Christopher Nolan knows how to please a crowd. That’s not the easiest task in the case of The Dark Knight Rises, though, because the elements are working against him. Expectations for the film are unbelievably high. It has a bladder-challenging running time of 165 minutes. Nolan and his cowriters have created enough story here fill a ten-episode HBO series, and only barely manage to cram all that into less than a third of that time without some spilling over the sides. And instead of going the easy route and making a third movie that’s simply a standalone installment in a superhero series, the director has made his Batman saga into a true trilogy with an arc that ties in threads and themes from the two previous films. The degree of difficulty involved in balancing on that many knives’ edges overlooking potential disaster is high, yet by the time the credits roll, there it is: Nolan sticks the landing.
TDKR finds Bruce Wayne (Christian Bale) a recluse, eight years after his alter ego took the fall for murdering Gotham’s white knight, Harvey Dent, supposedly in cold blood—Batman’s sacrifice of his image saving the populace from finding out that Dent, their unmasked hero, had actually gone insane and tried to kill Commissioner Gordon’s (Gary Oldman) son. Thanks to draconian crime legislation passed to honor Dent’s memory, Gotham is now a gleaming utopia, practically free of crime. But cracks are beginning to show all over: Gordon continues to feel guilt over carrying this lie around for so long; Wayne Enterprises is no longer profitable; and a masked mercenary, Bane (Tom Hardy), is bent on destroying the city, using a power-to-the-people tear-down-the-rich message as his cover when really he wants to blow every man, woman, and child, regardless of social status, to the skies.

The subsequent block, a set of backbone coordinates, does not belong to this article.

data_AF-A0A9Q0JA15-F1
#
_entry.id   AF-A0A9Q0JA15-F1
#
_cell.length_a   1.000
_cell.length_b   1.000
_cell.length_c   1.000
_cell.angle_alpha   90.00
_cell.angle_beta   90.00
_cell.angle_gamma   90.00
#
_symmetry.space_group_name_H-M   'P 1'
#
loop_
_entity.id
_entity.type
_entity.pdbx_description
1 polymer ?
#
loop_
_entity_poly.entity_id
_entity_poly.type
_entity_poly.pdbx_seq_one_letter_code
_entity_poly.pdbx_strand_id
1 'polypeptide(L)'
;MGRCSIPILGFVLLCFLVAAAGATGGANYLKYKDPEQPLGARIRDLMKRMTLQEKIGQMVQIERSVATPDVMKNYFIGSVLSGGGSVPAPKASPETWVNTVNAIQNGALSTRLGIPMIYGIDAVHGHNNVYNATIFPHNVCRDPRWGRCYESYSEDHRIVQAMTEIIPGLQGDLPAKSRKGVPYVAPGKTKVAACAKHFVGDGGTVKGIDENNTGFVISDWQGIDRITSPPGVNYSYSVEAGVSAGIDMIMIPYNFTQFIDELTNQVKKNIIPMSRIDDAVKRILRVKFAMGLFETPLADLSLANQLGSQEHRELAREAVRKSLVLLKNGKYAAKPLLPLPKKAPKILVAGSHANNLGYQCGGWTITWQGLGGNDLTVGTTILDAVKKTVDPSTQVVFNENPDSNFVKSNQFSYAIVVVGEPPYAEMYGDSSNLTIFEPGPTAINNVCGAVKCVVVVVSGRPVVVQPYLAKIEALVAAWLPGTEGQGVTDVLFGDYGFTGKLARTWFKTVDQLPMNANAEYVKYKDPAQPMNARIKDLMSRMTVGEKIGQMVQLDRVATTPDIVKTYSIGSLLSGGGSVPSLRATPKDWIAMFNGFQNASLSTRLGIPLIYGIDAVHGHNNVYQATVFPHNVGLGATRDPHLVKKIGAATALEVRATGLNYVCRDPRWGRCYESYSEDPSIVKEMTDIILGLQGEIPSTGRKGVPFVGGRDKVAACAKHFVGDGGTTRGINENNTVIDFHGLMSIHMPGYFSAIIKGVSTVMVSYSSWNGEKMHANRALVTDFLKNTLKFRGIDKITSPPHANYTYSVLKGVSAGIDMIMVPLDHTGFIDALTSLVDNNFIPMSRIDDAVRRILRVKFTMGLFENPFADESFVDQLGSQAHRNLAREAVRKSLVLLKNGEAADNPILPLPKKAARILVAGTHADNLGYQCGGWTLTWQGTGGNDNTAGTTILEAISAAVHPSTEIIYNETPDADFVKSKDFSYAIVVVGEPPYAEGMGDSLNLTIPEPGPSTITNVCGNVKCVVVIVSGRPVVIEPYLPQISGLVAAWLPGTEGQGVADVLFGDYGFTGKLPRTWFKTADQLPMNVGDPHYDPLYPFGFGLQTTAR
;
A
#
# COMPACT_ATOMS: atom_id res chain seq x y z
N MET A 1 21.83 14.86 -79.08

Not everything here is a wild success—Hardy is one of the most expressive actors working today, but Bane’s face mask robs his performance of some of its potential power. Additionally, with so much story to cover, there are times when Nolan creates sketches and lets us fill in the rest in our heads or overloads long speeches with exposition. But he also chases after much bigger ideas than a standard-issue popcorn flick. There’s been grumbling in some corners that his message is unclear or, even more wrong-headed, that the film is either a left-wing screed against authority or a right-wing repudiation of the Occupy movement. But I found the film’s themes crystal clear, if almost unrelentingly dark: We are all corrupt, we are all corruptible, and good intentions don’t justify ugly actions. Everyone in this movie is flawed, even as every one of them has, at some point, some kind of noble interest at heart. Managing that kind of moral ambiguity may be the most difficult hurdle Nolan has to leap in the course of capping off the trilogy, but I’d say he cleared it with room to spare.
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